Massachusetts Gov. Deval Patricks plan to become a leading defender of the new health care law has some questioning whether he is seeking a new job.
The White House and Obama campaign officials have helped create two new organizations that will enable Massachusetts Gov. Deval Patrick to become a lead defender of the president’s signature health care reform law during the 2012 election campaign.
The Democrat is serving as a key adviser to a nonprofit group that is working with the Obama administration to defend and promote the overhaul. And, at the suggestion of David Axelrod, the senior White House adviser who left the administration to head President Barack Obama’s re-election campaign, Patrick has also set up a political action committee to fund his stump speeches around the country.
The idea for both the PAC and the nonprofit, staffed by some of Obama’s top strategists from the 2008 campaign, originated in the Obama circle months ago, according to those involved in the planning of both efforts.
With Patrick at the helm, the groups, unveiled this spring, give the nascent re-election effort a platform to highlight former Gov. Mitt Romney’s role in the Massachusetts health care law, which served as a model for the national health care overhaul Obama championed in the 111th Congress. At the same time, it puts Patrick in charge of what could quickly become tens of millions of dollars — the nonprofit already has at least $5 million in the bank — that will help him raise his profile among Democrats and keep health care at the center of the 2012 campaign.
But Patrick’s ramped-up involvement in national politics has raised concerns among Republicans and Democrats in Massachusetts that he is neglecting his day job to build support for a post in the next Obama administration or a run against Sen. Scott Brown (R) — two ideas that the governor has repeatedly dismissed.
And while the groups are operating entirely within legal bounds, election law experts say White House involvement violates the spirit of rules barring coordination between candidates and outside organizations dedicated to promoting them.
On Feb. 12, just two weeks after Axelrod left his post as senior White House adviser, he met with Patrick in Chicago, the city that all three men call home. He recommended Patrick start a federal political action committee to finance his work promoting the president, according to David O’Brien, who manages the governor’s state and federal committees.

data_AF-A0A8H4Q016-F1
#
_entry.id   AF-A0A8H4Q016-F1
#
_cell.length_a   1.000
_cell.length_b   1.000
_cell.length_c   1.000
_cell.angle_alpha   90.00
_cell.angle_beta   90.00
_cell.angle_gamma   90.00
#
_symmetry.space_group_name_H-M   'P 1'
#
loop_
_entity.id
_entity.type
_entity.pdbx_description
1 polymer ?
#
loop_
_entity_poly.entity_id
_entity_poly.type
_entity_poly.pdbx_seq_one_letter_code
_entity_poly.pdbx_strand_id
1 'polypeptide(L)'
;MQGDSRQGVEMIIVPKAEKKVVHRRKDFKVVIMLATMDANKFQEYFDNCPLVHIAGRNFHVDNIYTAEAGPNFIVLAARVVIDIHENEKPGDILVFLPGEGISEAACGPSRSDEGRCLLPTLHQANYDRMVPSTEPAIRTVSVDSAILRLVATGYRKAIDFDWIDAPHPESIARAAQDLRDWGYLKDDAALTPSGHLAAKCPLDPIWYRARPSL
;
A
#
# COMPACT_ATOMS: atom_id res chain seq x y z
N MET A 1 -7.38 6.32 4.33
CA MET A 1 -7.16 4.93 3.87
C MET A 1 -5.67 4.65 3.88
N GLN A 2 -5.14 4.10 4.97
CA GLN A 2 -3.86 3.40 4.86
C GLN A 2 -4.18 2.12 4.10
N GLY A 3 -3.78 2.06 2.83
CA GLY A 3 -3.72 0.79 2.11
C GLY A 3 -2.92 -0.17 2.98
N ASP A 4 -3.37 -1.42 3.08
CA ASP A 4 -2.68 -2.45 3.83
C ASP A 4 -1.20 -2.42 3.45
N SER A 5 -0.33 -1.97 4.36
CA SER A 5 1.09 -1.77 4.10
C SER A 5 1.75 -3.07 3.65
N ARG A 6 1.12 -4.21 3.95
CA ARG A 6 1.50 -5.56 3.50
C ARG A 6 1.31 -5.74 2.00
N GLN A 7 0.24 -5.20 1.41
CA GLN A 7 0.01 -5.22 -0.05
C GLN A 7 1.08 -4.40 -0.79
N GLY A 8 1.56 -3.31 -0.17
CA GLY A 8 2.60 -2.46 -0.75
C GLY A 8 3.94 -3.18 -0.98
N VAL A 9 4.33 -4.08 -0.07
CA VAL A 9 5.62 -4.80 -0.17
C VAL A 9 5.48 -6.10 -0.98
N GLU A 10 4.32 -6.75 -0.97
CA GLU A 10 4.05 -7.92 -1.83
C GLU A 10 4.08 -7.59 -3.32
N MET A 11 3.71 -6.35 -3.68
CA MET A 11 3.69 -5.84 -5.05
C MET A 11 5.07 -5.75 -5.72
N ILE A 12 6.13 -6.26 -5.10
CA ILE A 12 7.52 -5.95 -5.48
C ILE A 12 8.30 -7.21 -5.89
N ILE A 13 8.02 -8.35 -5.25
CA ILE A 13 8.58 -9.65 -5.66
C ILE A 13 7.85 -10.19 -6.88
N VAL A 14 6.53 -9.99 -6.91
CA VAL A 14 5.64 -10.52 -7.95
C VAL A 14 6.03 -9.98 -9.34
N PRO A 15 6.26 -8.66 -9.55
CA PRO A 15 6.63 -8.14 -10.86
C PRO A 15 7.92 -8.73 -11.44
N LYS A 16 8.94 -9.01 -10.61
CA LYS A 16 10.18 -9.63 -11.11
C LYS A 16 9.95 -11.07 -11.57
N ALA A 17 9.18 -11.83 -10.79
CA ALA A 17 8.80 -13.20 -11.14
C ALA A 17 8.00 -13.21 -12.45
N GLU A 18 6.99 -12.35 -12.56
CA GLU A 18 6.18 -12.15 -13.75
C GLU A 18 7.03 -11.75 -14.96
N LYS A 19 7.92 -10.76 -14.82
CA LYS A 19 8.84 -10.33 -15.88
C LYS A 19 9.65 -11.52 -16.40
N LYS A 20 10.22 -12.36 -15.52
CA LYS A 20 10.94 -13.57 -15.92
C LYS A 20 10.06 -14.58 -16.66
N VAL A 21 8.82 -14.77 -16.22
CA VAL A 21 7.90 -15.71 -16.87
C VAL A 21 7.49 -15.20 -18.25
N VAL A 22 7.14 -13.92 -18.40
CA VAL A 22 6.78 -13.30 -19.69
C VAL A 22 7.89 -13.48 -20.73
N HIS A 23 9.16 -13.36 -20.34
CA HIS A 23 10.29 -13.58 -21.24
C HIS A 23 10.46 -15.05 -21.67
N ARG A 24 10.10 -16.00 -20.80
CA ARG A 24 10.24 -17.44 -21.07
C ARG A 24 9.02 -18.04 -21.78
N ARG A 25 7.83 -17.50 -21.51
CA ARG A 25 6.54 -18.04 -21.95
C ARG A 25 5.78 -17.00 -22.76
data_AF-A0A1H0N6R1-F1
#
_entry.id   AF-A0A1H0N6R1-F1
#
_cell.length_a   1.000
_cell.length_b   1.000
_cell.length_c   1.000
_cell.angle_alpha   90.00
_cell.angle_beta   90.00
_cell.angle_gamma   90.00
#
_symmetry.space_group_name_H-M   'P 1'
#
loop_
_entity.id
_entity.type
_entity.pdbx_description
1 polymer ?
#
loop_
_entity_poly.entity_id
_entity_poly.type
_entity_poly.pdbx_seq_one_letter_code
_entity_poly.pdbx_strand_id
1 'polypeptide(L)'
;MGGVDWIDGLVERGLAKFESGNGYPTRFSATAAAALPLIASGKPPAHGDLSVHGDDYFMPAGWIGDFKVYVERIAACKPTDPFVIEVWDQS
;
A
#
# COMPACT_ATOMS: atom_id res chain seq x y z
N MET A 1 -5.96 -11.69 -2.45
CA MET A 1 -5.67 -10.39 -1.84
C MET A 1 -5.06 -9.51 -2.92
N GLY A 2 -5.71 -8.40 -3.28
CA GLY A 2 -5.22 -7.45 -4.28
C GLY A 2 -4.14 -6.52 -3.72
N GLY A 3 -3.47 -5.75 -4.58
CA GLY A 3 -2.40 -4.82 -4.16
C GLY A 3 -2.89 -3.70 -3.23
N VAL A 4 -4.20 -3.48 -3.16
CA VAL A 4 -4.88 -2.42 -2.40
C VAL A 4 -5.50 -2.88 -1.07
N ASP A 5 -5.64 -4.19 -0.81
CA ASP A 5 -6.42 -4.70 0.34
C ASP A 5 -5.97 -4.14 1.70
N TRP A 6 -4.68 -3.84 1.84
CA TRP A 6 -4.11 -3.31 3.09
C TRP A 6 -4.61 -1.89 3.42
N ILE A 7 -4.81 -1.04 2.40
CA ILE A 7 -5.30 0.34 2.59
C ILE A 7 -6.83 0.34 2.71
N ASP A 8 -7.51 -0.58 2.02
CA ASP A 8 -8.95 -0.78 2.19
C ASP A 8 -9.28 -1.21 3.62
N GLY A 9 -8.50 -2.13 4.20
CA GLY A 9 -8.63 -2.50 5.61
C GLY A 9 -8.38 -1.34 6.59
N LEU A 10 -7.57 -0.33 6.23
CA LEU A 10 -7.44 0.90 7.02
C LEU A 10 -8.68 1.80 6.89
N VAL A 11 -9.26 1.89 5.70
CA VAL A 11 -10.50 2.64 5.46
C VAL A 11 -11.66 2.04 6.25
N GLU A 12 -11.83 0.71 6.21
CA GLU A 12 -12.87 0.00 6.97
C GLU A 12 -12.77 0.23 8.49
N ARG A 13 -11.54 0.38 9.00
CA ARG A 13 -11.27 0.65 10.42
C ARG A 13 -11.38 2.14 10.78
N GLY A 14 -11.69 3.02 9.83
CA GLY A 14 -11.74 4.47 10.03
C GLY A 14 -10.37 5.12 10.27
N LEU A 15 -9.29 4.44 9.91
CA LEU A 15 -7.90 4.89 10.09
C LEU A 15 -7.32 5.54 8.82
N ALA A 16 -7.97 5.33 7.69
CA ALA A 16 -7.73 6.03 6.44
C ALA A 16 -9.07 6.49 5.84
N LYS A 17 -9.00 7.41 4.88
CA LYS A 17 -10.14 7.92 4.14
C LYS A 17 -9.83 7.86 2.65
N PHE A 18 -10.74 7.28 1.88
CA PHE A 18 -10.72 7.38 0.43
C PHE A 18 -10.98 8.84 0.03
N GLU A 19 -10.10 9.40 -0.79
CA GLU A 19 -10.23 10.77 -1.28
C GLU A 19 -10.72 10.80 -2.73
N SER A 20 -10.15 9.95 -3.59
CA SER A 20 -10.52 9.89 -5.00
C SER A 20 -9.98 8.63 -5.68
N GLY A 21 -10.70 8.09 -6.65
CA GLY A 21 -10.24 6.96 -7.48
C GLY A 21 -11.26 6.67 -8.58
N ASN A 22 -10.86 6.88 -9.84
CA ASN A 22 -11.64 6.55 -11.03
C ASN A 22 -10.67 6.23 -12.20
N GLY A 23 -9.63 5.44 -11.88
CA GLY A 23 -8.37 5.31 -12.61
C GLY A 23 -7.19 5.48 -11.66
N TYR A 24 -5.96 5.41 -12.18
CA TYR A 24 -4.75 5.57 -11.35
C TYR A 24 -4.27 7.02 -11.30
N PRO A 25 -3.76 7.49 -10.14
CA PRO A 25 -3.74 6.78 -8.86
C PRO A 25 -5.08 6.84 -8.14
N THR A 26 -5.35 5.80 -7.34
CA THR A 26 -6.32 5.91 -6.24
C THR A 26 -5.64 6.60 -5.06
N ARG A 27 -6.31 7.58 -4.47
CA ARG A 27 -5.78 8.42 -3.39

TogetherPAC, which was set up in late March, has raised at least $20,000 to fund campaign appearances such as the Democratic dinner Patrick headlined this weekend in Wisconsin. In January, Patrick addressed a crowd in Colorado -— that time on the dime of his state PAC, O’Brien said — and next month he will speak at a 1,000-guest, $180-per-ticket dinner in Florida, touching down in three 2012 battleground states in just a matter of months.
In the past several weeks, Patrick has also made several appearances on national television shows complimenting his Republican predecessor, Romney, for passing the health care law that became the intellectual framework for Obama’s plan.
Those close to Patrick insist that he will finish his term as governor, which ends in 2015, and will then likely return to the private sector. They say his involvement in the 2012 campaign is simply a function of circumstance: He is good friends with the president — the two men are often described as political soul mates — and he presides over a state where nearly all residents have health care thanks to the individual mandate.
“Massachusetts, no matter what, is going to be ground zero in the presidential campaign,” said Mary Ann Marsh, a Boston-based Democratic consultant who has advised Sen. John Kerry and the late Sen. Edward Kennedy. “You’re better to be on offense then sit there and get beaten up morning, noon and night.”